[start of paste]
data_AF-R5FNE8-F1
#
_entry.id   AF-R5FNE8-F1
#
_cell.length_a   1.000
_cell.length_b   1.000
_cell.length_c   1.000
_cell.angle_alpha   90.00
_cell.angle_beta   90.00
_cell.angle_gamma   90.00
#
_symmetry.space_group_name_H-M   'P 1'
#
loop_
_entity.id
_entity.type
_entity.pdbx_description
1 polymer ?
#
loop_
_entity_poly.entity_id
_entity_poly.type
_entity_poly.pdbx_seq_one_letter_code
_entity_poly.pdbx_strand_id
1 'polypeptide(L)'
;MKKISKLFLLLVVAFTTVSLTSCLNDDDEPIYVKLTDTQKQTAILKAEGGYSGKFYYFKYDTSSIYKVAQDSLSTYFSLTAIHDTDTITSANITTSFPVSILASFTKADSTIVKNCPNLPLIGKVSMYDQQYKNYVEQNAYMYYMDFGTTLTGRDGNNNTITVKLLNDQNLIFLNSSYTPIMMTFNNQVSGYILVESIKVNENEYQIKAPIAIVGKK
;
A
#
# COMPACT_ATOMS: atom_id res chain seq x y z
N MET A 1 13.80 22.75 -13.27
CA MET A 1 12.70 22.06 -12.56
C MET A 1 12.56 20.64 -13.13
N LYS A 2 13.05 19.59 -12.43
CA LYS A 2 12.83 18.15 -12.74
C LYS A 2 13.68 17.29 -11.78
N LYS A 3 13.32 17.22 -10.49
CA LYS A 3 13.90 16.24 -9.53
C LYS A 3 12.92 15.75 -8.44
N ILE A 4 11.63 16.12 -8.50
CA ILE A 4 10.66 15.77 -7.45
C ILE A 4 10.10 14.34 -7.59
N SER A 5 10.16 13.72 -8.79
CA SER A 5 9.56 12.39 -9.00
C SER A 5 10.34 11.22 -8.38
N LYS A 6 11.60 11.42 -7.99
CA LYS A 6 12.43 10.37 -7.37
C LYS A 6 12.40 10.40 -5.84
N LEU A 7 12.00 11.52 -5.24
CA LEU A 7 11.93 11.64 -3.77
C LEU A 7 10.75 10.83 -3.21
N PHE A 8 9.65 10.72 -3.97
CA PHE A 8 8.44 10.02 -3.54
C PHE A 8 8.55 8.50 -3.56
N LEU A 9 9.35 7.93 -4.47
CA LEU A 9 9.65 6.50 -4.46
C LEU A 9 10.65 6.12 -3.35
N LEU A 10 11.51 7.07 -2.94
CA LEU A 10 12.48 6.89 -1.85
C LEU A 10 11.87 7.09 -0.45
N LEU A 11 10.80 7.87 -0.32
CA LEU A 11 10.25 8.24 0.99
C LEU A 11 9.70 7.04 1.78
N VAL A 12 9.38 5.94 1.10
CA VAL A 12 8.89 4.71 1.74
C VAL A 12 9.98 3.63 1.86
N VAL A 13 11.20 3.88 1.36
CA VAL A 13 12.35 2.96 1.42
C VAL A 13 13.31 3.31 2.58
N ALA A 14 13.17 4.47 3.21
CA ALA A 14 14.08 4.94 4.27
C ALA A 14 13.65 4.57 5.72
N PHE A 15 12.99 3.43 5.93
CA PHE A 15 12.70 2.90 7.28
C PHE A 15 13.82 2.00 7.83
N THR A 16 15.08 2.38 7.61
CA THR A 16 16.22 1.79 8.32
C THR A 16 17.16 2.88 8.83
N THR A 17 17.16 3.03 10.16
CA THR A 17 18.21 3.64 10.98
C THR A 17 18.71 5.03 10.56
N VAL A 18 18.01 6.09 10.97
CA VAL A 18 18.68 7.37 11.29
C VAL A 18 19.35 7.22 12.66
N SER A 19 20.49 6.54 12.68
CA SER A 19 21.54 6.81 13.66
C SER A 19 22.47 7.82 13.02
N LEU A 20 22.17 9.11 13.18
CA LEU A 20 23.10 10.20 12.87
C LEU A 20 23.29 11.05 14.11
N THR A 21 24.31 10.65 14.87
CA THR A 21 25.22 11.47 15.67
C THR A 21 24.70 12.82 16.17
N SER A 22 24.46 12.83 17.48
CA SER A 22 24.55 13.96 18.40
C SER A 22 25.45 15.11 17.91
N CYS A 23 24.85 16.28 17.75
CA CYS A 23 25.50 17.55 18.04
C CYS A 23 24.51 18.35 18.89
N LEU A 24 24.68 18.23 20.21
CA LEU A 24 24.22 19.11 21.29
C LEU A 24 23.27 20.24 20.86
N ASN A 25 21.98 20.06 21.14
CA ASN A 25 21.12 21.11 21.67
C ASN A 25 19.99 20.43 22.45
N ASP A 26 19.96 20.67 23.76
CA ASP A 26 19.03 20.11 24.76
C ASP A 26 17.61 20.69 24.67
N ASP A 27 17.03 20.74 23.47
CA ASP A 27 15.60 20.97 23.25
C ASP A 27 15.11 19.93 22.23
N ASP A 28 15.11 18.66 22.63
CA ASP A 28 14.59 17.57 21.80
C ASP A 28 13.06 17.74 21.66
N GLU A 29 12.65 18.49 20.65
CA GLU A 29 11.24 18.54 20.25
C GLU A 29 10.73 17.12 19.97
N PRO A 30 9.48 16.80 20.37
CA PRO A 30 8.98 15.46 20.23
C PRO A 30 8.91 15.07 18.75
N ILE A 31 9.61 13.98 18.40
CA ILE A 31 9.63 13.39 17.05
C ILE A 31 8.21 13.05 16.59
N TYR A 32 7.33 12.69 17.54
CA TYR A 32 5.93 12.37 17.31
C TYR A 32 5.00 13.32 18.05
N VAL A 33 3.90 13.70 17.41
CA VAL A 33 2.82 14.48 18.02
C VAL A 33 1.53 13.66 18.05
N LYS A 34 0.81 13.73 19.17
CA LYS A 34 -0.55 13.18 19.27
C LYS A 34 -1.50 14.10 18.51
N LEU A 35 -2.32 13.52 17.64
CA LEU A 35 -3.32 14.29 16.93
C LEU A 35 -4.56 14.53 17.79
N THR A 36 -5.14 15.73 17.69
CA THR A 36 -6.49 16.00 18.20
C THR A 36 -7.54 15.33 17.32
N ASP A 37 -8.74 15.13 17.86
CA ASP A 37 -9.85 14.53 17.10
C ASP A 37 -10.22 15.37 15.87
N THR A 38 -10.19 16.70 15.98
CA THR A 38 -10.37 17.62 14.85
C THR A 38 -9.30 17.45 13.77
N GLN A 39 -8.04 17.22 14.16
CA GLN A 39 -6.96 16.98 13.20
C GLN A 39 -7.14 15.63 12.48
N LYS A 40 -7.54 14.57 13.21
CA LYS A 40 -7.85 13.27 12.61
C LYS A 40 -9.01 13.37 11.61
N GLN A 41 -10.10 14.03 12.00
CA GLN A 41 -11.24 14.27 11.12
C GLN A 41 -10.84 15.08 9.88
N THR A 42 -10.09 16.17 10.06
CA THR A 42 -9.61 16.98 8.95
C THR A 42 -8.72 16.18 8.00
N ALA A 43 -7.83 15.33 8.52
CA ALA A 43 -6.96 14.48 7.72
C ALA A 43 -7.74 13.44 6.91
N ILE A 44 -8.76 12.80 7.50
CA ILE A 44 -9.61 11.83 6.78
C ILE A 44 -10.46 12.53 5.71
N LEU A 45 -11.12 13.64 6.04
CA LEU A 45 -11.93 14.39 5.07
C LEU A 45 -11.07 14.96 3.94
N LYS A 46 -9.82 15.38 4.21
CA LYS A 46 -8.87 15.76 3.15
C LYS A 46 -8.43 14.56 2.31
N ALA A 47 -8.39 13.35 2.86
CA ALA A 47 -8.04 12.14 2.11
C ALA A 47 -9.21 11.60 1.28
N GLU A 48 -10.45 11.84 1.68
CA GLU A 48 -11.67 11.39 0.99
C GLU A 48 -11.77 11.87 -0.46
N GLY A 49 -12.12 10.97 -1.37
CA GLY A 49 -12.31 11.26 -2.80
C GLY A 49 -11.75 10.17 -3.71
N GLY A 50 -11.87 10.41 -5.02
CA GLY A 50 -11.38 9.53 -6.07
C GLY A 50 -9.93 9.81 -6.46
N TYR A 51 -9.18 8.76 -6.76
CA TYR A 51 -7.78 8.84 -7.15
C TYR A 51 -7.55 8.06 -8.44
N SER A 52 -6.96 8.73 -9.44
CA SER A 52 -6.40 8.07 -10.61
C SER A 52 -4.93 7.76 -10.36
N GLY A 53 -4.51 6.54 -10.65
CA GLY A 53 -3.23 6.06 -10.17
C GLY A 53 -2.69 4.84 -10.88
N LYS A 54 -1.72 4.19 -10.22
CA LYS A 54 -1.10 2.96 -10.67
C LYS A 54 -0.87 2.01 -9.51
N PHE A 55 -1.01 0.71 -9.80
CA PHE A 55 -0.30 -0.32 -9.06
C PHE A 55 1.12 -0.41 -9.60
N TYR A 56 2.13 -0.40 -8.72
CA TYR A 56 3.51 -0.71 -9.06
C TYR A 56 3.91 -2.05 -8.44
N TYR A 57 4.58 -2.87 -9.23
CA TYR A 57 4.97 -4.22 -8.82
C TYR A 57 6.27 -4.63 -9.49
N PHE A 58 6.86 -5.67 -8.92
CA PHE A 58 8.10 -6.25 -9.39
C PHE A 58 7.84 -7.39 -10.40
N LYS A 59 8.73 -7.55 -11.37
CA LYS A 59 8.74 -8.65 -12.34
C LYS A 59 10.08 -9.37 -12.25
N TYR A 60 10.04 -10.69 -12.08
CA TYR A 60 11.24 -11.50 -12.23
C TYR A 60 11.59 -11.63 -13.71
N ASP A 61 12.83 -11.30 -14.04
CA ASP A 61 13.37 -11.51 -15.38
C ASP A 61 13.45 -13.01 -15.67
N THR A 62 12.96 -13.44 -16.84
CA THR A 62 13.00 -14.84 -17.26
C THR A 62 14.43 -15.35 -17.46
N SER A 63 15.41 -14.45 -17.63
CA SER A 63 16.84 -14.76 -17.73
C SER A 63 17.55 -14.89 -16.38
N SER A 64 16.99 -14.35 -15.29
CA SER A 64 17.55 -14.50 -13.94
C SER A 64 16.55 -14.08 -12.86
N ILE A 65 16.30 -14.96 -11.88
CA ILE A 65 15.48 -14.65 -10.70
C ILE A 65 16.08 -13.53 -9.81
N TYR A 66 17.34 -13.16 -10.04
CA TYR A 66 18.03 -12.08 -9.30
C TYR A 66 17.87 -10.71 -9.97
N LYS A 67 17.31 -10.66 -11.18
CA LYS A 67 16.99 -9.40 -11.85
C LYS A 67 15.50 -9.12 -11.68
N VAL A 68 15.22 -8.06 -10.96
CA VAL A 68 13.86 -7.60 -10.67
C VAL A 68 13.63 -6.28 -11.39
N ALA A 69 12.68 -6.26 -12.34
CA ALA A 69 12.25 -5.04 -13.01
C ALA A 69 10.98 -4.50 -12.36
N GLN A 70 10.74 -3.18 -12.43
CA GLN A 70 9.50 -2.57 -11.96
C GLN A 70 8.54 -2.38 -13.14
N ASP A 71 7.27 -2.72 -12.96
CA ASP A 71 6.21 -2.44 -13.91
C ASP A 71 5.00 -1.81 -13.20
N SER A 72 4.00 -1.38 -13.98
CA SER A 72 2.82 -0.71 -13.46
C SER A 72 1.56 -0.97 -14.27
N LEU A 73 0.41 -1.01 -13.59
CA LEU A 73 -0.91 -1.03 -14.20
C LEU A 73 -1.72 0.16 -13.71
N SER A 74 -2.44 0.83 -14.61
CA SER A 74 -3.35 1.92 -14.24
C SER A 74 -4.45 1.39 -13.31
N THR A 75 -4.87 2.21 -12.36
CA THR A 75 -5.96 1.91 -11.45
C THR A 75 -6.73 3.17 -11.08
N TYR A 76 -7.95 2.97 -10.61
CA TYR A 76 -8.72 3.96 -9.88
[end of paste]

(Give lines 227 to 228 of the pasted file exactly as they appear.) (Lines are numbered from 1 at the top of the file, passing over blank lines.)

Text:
CA TYR A 66 18.03 -12.08 -9.30
C TYR A 66 17.87 -10.71 -9.97